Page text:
Women make up over three quarters of all part-time workers in the EU, according to figures released by the Belgian statistical office Statbel, which compiles national and European figures related to the economy and society.
Though there has been an increase in the number of men taking on part-time jobs, 77% of part-time employees today are women.
The motives differ: while most men say they take part-time work because it’s the only type of work arrangement possible for the desired job, women say they work part-time in order to care for children and other dependents, followed closely by other personal or family reasons.
Statbel also found that women work part-time more often depending on the number of children they have. About a quarter (25.4%) of women between the ages of 25 and 49 who don’t have children work part-time. For every additional child under the age of 17, that percentage increases.
The opposite is the case for men.
“Men with children are more likely to work full-time than men without children,” Statbel said.
The figures regarding part-time work vary greatly between EU countries, with 24.9% of Belgian workers on a part-time schedule and over half (51.6%) of Dutch workers. Three quarters (75.8%) of women with a job in the Netherlands are working it part-time.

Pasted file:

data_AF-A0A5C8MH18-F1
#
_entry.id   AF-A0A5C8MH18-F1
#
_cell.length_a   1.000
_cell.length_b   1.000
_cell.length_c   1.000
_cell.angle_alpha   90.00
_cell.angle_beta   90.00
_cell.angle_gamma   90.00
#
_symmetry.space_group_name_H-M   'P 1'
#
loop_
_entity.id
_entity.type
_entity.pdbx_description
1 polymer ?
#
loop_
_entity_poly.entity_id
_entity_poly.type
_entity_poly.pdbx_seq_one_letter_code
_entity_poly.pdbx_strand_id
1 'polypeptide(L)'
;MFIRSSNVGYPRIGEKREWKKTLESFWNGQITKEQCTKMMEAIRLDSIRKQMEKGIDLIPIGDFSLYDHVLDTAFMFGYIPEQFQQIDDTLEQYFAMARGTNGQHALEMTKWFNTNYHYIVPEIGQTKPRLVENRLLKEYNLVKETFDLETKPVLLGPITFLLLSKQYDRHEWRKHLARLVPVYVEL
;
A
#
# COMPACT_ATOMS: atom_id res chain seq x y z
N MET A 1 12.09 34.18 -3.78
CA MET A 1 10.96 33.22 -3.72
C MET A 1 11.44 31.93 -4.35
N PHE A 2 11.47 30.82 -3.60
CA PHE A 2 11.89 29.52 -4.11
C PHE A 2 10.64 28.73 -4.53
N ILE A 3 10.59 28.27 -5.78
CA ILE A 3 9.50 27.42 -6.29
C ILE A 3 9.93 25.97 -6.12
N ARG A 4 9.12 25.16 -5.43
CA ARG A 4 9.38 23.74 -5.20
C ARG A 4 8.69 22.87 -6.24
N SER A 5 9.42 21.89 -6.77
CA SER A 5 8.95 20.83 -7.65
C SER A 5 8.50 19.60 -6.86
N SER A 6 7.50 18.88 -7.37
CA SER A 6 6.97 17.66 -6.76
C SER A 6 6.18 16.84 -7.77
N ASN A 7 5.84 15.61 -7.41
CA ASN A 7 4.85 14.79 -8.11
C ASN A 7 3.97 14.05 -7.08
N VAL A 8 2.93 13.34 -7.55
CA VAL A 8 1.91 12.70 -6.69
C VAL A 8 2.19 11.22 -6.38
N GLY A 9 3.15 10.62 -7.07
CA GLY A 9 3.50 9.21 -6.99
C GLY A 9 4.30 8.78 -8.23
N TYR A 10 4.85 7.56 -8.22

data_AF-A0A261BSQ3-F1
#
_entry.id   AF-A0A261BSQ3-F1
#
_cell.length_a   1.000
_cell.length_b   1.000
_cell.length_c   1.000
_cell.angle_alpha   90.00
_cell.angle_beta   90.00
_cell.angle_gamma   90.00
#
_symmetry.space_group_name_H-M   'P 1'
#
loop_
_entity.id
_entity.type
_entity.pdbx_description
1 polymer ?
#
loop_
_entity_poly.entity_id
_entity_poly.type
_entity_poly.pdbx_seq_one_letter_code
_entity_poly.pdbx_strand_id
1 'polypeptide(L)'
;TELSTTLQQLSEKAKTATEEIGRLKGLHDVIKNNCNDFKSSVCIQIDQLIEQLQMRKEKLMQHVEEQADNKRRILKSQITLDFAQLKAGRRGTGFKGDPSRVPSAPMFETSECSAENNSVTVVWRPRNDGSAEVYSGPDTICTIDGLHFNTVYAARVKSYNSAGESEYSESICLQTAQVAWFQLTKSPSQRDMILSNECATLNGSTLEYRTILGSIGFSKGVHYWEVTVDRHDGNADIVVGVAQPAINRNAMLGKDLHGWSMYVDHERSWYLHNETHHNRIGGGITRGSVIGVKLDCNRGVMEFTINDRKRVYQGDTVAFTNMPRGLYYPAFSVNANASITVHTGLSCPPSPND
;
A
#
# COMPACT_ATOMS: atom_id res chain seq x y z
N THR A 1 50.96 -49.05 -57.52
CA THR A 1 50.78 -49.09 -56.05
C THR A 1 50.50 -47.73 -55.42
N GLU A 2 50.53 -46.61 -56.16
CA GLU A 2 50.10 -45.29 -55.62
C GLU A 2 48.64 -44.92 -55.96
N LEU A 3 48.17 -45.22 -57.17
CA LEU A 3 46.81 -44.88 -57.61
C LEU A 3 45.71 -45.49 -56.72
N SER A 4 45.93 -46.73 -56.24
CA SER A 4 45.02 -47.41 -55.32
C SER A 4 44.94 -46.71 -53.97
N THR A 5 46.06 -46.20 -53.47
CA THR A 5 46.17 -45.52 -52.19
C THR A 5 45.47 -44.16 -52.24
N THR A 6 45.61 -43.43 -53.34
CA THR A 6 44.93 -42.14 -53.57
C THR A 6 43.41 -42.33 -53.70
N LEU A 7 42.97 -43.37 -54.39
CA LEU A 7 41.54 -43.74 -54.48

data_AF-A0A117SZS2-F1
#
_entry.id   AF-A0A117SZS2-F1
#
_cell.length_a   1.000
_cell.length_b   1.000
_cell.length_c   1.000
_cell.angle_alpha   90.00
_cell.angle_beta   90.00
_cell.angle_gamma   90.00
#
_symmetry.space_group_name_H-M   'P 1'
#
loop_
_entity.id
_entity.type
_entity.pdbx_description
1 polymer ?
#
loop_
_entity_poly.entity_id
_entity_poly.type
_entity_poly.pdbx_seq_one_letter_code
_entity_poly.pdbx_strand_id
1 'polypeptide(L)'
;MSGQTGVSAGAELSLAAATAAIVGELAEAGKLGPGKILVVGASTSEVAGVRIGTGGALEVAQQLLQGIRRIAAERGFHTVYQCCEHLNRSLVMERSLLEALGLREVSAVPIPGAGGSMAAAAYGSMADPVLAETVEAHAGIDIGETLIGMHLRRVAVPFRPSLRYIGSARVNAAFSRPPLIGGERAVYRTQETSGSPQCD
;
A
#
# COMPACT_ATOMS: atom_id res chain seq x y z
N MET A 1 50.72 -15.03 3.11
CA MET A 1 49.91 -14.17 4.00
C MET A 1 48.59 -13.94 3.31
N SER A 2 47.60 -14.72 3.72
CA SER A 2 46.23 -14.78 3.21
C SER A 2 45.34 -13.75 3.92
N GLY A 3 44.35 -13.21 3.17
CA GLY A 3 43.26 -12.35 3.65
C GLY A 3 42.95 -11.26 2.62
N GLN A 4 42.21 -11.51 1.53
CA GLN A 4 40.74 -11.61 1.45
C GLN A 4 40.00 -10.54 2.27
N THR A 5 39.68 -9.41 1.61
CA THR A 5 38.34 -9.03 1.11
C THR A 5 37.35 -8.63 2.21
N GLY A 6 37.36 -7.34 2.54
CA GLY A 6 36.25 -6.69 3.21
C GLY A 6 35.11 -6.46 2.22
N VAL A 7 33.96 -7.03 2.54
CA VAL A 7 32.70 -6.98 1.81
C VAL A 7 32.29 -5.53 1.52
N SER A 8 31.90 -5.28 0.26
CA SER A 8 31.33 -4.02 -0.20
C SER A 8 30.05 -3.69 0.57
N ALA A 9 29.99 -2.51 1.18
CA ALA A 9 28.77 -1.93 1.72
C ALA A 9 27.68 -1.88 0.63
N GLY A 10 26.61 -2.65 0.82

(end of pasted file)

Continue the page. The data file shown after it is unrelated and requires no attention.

Germany and Austria were the next countries with the highest portion of part-time employees, with figures closer to those of Belgium (which came in 4th in the EU for highest share of part-time employees).
The country with the least amount of part-time workers was Bulgaria (2.1%), and the countries with the next-lowest share of part-time employees were Slovakia (5%), Croatia (5.4%), Hungary (5.7%) and Poland (6.7%).
The EU average is 19.1%.
It used to be that half-time work (50% of a full-time work week) was the most common form of part-time employment, but now 4/5 is the norm for men and women both.
The total number of women between the ages of 15 and 64 who participate in the overall workforce has increased from 36% in 1983 to 61% in 2020.